Employment is a vital component to recovery from mental illness. Employment facilitates social inclusion promoting economic empowerment and self-sufficiency. The employment rates for individuals with serious mental illness are abysmally low. Increasing the number of individuals with serious mental illness who are competitively employed has become a top priority for our Department. Toward this end, we have been working with providers to implement vocational assessments within their standard operations in supportive housing. Throughout FY11, employment rates for adults with serious mental illness under the age of 62 living in DOHMH-funded supportive housing units hovered around 11% down slightly from previous years. Some of the drop-in employment rates can be attributed to the economy. People with mental illness are being affected just as the rest of the country is. When the rates are already so low, however, the slightest loss is disheartening.
An additional 9% of individuals in our supportive housing are in job training or supported employment while 80% remain neither in jobs nor job training. The barriers include stigma, real conflicts with benefits and the need for training on available incentives and programs to help individuals on disability maintain benefits while returning to work. Toward that end, the Department hosted two major forums on economic self-sufficiency for people with serious mental illness in January and June of this year. The forums included national and local speakers who informed the people we serve, providers, advocates and other policymakers about tools to help people achieve self-sufficiency. Presenters discussed Individual Disability Asset Accounts (IDA), earned income tax credits, personal banking and saving, and the Medicaid Buy-In among others. Hundreds of individuals we serve flocked to these forums to learn more. Subsequently, the Department co-hosted with the New York State Office of Mental Health a five-day intensive training for mental health providers on a range of benefits issues. More than half of those that attended were supportive housing providers.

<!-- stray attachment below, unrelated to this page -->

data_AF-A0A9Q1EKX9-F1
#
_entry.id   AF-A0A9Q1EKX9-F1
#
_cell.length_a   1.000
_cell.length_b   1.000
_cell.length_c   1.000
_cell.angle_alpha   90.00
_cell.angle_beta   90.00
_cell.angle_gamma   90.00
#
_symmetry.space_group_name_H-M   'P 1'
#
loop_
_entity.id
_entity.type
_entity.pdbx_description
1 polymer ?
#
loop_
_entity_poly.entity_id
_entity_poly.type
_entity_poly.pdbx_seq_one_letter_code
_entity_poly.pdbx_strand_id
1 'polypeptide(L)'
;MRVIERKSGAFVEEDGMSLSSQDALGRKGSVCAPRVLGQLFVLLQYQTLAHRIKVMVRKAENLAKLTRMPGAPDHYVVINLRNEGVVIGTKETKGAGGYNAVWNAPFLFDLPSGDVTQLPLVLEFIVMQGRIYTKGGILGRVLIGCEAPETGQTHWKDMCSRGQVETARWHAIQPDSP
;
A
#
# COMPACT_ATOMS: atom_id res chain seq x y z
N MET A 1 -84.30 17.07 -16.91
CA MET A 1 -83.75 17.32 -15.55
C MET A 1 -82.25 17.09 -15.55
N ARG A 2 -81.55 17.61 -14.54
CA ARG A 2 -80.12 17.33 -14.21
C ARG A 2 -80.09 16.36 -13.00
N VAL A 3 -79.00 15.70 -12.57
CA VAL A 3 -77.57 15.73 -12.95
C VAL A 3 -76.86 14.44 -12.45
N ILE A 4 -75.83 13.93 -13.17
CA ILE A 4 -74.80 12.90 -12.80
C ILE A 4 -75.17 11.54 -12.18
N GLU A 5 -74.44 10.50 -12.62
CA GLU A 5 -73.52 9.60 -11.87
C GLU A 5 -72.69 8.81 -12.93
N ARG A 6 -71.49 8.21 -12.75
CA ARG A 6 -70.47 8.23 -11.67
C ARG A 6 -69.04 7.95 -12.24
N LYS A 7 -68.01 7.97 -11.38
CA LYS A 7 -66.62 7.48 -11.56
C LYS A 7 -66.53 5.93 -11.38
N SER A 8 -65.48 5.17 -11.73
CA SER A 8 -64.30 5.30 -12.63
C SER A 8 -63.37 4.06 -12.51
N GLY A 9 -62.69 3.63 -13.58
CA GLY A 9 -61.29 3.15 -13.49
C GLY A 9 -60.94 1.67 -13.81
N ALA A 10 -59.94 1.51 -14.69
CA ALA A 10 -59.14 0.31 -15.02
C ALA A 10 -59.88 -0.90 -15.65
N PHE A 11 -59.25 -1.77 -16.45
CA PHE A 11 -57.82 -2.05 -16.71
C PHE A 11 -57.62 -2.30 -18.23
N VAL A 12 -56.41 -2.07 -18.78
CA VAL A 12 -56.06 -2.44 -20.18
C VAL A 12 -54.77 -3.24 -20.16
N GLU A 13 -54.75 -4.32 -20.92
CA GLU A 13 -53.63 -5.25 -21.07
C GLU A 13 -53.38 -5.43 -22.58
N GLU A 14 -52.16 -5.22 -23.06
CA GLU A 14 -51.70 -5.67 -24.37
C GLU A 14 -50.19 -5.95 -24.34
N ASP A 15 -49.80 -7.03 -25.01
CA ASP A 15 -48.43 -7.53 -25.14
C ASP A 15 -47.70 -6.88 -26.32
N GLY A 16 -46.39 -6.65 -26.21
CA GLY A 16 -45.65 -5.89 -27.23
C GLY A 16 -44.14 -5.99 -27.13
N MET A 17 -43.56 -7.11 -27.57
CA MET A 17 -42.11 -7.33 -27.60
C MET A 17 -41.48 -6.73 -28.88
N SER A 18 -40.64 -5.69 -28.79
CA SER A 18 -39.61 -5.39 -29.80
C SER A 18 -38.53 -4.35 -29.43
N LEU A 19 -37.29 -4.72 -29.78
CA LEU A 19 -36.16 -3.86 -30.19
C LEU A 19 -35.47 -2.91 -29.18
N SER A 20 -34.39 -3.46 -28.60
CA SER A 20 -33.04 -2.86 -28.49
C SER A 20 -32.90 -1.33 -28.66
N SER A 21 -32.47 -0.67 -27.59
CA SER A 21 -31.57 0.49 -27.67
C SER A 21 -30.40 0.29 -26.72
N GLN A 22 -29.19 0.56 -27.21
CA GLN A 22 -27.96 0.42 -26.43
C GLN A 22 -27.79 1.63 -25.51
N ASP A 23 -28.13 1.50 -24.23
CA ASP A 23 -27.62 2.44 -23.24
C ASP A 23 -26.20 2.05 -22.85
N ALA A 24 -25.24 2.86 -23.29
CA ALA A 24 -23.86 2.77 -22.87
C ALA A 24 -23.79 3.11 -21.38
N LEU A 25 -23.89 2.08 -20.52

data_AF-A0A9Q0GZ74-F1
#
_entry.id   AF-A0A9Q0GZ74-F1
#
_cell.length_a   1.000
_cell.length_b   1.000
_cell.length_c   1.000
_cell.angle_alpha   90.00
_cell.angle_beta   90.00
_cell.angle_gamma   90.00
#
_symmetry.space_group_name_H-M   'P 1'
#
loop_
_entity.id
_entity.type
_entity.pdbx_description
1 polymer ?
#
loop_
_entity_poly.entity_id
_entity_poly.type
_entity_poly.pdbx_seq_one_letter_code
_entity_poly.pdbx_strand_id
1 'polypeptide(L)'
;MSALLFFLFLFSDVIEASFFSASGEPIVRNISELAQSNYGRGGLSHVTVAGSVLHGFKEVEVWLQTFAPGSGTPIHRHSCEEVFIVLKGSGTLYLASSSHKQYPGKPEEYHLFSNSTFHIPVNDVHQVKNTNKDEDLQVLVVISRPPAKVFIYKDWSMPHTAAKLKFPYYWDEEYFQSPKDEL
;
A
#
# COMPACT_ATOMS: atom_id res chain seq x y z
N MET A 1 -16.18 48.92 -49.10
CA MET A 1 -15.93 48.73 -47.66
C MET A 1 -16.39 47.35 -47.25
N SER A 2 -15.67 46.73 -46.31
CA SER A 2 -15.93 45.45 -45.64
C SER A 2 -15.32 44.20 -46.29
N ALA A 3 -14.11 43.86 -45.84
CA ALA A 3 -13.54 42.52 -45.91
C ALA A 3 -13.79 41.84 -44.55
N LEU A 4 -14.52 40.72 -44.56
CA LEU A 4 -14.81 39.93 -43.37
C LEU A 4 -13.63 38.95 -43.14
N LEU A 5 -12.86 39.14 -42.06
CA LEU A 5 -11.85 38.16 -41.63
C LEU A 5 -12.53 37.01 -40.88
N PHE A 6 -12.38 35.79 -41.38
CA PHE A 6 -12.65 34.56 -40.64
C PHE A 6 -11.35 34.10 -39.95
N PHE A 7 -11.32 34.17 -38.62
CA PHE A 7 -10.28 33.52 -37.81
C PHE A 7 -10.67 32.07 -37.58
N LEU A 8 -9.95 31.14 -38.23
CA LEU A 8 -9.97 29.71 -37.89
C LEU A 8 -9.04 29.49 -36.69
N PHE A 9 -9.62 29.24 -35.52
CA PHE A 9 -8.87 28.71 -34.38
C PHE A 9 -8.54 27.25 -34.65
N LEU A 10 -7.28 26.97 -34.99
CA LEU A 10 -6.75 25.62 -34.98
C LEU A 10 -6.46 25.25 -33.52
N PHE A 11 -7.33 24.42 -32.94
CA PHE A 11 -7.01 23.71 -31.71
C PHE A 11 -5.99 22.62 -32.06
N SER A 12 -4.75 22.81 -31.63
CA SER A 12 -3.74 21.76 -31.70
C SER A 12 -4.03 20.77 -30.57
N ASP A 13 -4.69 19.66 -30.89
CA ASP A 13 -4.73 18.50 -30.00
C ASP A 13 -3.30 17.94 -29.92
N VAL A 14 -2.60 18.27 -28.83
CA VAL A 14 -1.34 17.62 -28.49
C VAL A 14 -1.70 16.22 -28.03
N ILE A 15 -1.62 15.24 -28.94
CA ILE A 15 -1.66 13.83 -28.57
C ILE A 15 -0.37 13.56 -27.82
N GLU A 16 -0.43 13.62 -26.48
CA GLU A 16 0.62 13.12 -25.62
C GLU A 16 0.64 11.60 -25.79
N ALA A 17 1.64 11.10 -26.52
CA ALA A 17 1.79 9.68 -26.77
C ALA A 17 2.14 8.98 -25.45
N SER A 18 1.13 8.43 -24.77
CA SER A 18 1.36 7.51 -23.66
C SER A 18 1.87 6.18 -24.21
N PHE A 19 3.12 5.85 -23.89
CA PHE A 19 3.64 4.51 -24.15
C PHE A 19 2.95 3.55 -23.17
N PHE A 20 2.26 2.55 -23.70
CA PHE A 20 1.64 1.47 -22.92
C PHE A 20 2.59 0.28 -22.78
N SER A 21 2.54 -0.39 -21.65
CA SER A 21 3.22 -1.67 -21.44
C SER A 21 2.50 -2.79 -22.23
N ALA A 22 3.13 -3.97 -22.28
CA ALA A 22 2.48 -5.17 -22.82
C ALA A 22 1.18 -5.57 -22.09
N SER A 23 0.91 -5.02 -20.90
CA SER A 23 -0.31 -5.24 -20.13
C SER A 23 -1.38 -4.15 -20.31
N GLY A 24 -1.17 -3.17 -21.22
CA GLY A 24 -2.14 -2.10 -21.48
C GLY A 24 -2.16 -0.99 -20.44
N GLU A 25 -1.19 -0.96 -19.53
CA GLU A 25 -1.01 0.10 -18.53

We hear from every corner of our community how important housing is. In May of this year at our planning forum, the demand for greater access to affordable housing for individuals recovering from serious mental illnesses was a common chorus. The Bureau of Mental Health within the Department has also recently constituted a Consumer Advisory Board for mental health and held our kickoff meeting on October 4th. Over 100 consumers applied to sit on the board and 23 were selected for the inaugural class. In the very first meeting, board members identified housing as one of the biggest priorities.
Reflecting the prioritization of our community, The Department has worked hard to protect housing programs from the barrage of budget cuts over the past several years. Our current portfolio of over $75 million of supportive housing includes both congregate and scatter-site programs serving more than 5,000 people and continues to grow as we work to bring thousands of NYNYIII units online. Currently, the Department funds more than 70 providers to provide supportive services to help people recover from serious mental illnesses while maintaining a home – an integral part of recovery. While we have come a long way; we still have a long way to go. We will continue to support our community-based partners and to learn from our consumer advisors to improve the quality of care, help people with mental illness realize greater economic self-sufficiency, receive integrated care for their health, mental health and alcohol or drug use needs and to participate more fully in their communities, their families, and to fully realize their dreams. While we continue to fund the building of new supportive housing every day, we also recognize that simply building more housing is not enough. There will never be enough to meet the demand. We will have to work with all of our partners to improve access to affordable housing for people with serious mental illness, reducing barriers, removing stigma and promoting recovery in all we do.